Survey Data

Reg No




Categories of Special Interest

Architectural, Artistic, Historical, Social

Original Use


In Use As



1880 - 1885


272774, 212247

Date Recorded


Date Updated



Detached six-bay two-storey house, dated 1884, originally three-bay two-storey retaining early fenestration with single-bay two-storey return to rear to north. Extended, c.1935, comprising three-bay two-storey wing to left (west) forming present six-bay front. Hipped roofs with slate (gabled to window opening to rear elevation to north in form of half-dormer attic). Clay ridge tiles. Rendered chimney stacks. Cast-iron rainwater goods on rendered eaves course. Rendered walls. Ruled and lined. Painted. Cut-granite quoins to corners. Cut-stone date stone/plaque. Square-headed window openings (pointed-arch window opening to first floor rear (north) elevation in form of half-dormer attic). Early 2/2 timber sash windows (traceried (two-light) timber window to pointed-arch opening with lancet-arch frames having oculus to arch and stained glass fittings). Square-headed door opening. Moulded rendered surround. Glazed timber panelled door with stained glass overlight. Set back from road in own landscaped grounds. Gateway, c.1885, to south-east comprising pair of piers with cut-stone capping having cast-iron double gates with stylised cross finials.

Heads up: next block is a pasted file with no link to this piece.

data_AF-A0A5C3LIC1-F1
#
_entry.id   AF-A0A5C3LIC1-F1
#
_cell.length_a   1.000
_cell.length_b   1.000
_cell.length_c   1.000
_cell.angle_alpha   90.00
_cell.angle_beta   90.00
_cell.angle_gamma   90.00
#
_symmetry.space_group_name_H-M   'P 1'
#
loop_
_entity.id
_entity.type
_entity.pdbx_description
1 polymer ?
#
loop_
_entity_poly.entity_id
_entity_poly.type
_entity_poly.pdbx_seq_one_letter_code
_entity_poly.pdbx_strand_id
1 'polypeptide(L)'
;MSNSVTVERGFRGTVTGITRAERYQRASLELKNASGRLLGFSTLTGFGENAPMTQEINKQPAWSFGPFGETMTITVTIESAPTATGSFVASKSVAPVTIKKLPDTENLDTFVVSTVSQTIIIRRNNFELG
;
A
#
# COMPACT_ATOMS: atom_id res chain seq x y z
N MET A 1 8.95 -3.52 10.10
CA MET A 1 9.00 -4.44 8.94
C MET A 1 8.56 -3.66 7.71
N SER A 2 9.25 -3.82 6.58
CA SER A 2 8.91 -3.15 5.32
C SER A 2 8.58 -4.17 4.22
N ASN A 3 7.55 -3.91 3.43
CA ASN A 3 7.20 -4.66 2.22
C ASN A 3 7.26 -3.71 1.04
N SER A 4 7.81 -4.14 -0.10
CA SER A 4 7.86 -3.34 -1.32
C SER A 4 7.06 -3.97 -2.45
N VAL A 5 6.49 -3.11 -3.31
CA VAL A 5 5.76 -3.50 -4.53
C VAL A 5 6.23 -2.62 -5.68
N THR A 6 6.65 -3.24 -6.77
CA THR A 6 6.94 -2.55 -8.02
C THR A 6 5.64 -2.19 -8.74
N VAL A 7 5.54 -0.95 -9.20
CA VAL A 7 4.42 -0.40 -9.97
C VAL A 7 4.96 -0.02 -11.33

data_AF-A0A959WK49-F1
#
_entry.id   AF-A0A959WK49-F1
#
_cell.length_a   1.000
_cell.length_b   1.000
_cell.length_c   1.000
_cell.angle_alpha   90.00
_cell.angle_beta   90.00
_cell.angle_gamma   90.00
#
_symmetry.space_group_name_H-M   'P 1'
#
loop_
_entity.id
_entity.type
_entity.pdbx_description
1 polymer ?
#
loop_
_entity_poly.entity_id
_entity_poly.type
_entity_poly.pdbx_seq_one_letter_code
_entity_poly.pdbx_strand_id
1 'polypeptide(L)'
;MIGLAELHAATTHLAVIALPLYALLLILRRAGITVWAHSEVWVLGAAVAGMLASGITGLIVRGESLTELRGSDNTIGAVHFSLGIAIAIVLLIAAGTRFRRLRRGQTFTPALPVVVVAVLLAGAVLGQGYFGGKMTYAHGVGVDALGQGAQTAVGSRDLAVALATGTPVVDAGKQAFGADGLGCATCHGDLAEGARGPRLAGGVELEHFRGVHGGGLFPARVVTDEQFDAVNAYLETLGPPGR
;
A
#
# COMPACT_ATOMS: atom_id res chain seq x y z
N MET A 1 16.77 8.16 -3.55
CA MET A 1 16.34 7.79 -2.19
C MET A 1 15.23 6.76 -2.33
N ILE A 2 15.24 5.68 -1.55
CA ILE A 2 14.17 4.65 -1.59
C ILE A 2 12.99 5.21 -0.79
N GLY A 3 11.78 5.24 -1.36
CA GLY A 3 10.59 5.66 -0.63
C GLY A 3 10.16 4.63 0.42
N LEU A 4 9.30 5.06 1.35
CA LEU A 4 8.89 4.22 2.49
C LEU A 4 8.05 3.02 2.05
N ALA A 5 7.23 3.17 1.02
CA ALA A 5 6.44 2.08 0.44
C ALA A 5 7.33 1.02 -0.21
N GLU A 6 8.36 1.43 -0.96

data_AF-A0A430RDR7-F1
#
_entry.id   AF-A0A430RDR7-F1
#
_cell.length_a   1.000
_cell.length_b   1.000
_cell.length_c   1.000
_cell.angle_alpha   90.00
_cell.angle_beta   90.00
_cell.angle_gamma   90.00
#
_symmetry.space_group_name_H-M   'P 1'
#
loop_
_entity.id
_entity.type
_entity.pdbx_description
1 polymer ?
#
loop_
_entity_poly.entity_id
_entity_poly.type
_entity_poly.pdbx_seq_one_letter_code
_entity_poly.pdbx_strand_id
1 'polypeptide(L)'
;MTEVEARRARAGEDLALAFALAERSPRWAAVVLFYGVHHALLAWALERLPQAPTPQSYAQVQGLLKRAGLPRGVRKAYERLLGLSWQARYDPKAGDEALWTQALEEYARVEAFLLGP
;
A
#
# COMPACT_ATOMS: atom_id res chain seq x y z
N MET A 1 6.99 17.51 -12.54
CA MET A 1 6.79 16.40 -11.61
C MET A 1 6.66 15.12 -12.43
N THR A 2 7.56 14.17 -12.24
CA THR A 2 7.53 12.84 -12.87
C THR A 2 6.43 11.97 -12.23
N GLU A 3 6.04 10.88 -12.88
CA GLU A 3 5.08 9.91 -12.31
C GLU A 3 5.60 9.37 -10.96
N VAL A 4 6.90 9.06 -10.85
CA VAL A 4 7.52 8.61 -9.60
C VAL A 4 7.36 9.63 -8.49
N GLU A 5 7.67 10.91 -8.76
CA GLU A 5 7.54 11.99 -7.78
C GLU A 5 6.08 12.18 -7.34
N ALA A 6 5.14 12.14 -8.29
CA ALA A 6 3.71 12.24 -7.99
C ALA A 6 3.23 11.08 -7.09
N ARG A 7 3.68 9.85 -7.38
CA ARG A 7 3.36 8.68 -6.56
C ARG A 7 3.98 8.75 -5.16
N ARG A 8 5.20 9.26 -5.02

De La Salle House is a fine and attractive building that has been sympathetically extended in the early twentieth century to produce a range of graceful balanced Classical proportions. The house is of some social and historical significance, representing the expansion of the Catholic presence in Kildare Town in the late nineteenth century. Well-maintained, the house retains many important early or original salient features and materials to the exterior, including slate roofs having cast-iron rainwater goods, together with timber sash windows (with one traceried timber window to the rear elevation to north incorporating stained glass of some artistic merit). The house is attractively set in its own landscaped grounds, the entrance to which is distinguished by a gateway that retains early surviving cast-iron gates having distinctive finials.